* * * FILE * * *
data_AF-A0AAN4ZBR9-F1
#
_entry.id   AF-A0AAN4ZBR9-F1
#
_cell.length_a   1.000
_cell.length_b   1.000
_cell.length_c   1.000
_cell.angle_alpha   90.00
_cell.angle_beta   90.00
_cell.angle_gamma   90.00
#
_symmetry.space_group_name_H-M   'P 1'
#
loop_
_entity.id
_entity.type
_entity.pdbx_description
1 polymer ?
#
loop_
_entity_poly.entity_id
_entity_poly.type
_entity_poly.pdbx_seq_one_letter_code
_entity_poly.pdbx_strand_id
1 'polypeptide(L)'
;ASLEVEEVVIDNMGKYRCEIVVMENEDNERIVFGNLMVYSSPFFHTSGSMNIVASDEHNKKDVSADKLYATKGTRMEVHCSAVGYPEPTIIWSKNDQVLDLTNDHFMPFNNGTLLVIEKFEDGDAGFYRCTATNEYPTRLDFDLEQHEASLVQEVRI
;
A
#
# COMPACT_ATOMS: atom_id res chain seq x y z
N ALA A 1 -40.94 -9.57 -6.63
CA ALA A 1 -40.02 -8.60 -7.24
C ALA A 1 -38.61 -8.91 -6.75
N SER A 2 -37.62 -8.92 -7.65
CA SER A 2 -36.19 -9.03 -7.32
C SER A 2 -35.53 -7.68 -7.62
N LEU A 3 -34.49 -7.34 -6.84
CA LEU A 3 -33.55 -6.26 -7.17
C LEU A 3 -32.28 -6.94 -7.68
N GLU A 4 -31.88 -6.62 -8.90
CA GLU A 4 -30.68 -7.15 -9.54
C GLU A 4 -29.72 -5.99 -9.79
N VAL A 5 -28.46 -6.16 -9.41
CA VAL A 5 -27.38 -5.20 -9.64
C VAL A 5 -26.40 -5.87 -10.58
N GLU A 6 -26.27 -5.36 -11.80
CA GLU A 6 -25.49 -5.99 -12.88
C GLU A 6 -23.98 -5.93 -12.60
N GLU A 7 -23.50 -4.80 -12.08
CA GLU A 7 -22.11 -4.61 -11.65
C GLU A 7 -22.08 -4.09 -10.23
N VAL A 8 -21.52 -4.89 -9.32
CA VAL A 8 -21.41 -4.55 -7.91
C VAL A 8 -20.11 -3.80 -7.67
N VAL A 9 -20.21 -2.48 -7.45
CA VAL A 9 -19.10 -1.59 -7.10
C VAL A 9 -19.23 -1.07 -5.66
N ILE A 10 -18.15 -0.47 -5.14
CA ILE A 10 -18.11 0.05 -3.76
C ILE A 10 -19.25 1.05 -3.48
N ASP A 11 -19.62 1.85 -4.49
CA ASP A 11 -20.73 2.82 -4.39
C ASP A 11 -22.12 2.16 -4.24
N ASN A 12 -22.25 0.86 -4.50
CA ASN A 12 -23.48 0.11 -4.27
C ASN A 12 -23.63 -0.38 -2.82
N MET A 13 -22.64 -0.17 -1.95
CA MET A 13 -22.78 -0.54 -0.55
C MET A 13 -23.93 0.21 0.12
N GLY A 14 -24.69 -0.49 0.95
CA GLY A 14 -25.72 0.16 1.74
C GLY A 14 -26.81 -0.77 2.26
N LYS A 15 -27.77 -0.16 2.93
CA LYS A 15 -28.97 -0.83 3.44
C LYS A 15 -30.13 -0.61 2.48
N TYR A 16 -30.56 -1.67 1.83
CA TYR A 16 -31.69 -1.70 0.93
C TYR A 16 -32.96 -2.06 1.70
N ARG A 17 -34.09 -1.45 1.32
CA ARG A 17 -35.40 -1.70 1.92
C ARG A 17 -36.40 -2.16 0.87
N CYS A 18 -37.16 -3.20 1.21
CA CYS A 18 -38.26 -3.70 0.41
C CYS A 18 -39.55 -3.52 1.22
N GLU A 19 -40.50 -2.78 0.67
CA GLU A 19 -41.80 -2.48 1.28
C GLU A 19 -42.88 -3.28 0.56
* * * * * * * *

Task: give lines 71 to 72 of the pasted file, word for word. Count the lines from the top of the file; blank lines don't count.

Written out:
CA GLY A 14 -25.72 0.16 1.74
C GLY A 14 -26.81 -0.77 2.26